Touchline dilemma

There’s a break late in the game. The opposition winger is deep in your team’s half. Your left-back has tracked back and has the winger in his sights. Your centre back is heading in the same direction. The rest of the outfield players are distant, with one exception: an opposition striker is making rapid progress into your penalty area.

I’ve described my approach to following my kids’ sporting ventures: the art of supporting, while not supporting. Bellowing at the players has no part in this policy. But there’s policy and there’s practice.

The game is close, a 2-1 advantage to your team. A cross from the winger will find the striker with just the keeper between him and the winning goal, unless your centre back stops his run towards the corner flag and marks the striker lurking behind him.

Junior athletes learn best from experience. A reliance on instruction from coaches can create a dependence that stunts players’ development. The importance of not getting caught upfield and of being aware of opponents making runs are important lessons.

The winger stops, looks up and sees his teammate enter the penalty area. Your defenders have their eyes focused on the ball – your keeper does, too.

The match is a semi-final. Victory would take your team to a final at a semi-pro ground. What a learning experience that would be. Or the match could be a relegation decider. A draw would send your team down to a division where most of the opposition are of a standard that wouldn’t stretch your team – a whole season of marking time.

Your team’s coach has seen the threat. But he doesn’t shout and the wind whipping across the pitch would carry his voice away from the centre back who’s continuing his run towards the winger, alongside the left back.

The centre back is your son. He takes defeat hard, getting upset and remaining down for the rest of the day if he thinks he’s had a bad game. You’ve also heard some of his teammates complaining about him after matches.

One shout from you and he could check his run, intercept the pass, save the game, get the team into the final (or escape relegation), earn the praise of his teammates.

What would you do?



Filed under individual development, parenting, winning and losing

11 responses to “Touchline dilemma

  1. sarahmo3w

    Shout! Every time! Only at my own son, not at any of the other kids.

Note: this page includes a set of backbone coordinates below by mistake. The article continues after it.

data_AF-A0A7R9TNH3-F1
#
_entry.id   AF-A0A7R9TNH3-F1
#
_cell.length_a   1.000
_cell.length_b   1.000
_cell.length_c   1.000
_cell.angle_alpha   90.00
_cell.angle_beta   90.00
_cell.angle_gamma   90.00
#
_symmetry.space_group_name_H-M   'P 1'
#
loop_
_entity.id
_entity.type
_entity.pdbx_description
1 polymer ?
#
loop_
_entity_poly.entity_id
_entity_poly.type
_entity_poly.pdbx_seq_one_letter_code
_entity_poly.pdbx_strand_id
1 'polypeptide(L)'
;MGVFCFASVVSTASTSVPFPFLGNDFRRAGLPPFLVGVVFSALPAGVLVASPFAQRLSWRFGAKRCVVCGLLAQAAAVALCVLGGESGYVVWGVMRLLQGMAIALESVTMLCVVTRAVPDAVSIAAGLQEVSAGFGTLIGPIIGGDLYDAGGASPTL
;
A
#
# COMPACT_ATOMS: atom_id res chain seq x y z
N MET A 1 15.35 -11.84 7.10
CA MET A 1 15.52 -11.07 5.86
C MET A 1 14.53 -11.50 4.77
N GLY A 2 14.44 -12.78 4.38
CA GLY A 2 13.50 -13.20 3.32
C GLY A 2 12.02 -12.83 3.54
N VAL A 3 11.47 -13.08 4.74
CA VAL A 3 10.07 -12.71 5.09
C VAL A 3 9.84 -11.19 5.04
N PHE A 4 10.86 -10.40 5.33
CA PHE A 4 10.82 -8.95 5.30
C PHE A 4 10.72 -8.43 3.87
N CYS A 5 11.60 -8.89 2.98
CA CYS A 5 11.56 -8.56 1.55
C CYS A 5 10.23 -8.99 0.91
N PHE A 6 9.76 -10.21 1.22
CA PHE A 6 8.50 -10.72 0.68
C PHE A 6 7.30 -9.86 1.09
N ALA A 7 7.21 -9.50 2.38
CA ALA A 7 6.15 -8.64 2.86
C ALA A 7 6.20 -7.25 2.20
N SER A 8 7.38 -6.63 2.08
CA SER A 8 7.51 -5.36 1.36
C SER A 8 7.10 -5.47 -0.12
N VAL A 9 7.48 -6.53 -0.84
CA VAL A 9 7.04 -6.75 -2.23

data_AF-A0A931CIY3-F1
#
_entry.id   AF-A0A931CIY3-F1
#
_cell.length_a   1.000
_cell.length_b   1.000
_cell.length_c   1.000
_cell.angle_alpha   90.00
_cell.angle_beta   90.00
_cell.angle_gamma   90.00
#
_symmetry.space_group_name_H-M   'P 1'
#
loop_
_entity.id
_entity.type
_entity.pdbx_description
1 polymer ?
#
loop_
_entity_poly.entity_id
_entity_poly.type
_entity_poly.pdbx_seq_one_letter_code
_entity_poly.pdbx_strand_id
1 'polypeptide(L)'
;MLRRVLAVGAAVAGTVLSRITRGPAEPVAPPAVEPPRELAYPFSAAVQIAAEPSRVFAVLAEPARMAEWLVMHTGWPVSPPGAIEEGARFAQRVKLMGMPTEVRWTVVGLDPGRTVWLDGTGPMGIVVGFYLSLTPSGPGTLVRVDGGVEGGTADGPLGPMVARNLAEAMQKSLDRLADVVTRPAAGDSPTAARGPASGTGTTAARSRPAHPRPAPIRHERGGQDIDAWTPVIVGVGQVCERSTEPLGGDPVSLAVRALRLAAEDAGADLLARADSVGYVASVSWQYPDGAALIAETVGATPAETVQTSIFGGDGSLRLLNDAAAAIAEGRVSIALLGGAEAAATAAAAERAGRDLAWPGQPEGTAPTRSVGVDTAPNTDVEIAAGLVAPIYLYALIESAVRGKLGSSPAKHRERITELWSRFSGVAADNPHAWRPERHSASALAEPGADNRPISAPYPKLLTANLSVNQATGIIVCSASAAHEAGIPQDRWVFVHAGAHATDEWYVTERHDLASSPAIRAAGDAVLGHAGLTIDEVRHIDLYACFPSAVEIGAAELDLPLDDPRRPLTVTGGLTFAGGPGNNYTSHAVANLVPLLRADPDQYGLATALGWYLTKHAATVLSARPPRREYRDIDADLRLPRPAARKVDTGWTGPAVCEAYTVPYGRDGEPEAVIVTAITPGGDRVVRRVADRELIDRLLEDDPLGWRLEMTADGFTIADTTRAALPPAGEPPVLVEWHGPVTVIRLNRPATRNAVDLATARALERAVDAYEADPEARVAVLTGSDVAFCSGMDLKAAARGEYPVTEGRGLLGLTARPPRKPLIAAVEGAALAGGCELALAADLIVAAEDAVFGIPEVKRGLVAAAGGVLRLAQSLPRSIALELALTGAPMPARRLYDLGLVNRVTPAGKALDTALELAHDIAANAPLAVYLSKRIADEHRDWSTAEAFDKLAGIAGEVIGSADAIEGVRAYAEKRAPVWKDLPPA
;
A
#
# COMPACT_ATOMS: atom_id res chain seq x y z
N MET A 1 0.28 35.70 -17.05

2. Ciaran

    Ask him where’s the danger? see if he spots it then it’s his decision & his problem to solve. .

  3. Stevie

    Doesn’t way what age. If its uncompetitive, let him make the mistake. In competitive play, coaches should have ‘trigger calls’ so one i use is ‘runners’ which would indicate someone arriving lane unmarked. The kid should’ve been more aware to protect his goal and let the full back deal with it 1v1 if he is any older than 10.

    • I like the idea of trigger calls. Does it work? Can the players pick out your call in the hurly-burly of a match? Thanks for contributing.

    • Ciaran

      Not sure about letting him deal with the 1v1. Who’s on that wing/ how good is he/she? How close are you to the endlines don’t get bogged down in the technical advice on this cuz you don’t have enough information about the situation/players to make that call.

      • Ciaran, many thanks for the comments. I can see that you and some of the other commenters are approaching the question from the technical/coach’s perspective – a valid view and quite different to mine which is as a Dad. It’s good to get a mix of those perspectives.

      • Ciaran

        Sorry that’s what I meant by the last comment to the other coaches. You don’t have information to say from a tactical point of view wether he should go across or stay. The question is simply “would you shout?”

  4. The central defender may not have checked over his shoulder and seen the danger. Or maybe he has and chose to double up on the winger. What about the goalkeeper? He can see all the players. Has he communicated to his central defender about the danger lurking?

    Encourage players to be self-aware and help each other by communicating. Armed with that knowledge, repeated experience will help forge good decision-making.

    If the awareness and communication isn’t happening at the critical moment in the game, as the coach you might have a keyword you can shout that triggers those responses in your players.

    Coaching in the form of occasional questions, whether whispered quietly 1-to-1 at half-time or shouted across a windy pitch in the dying seconds of a match.

    • Graham, it’s interesting to read the thoughts of a coach. Are you able to be as reflective in a match situation, with the game on the line? Maybe it’s just a more emotional experience for a parent. Many thanks for the comment.

  5. phil parker

    Whatever happened to the bannerposts that touchline tech were going to show us, in the respect program?

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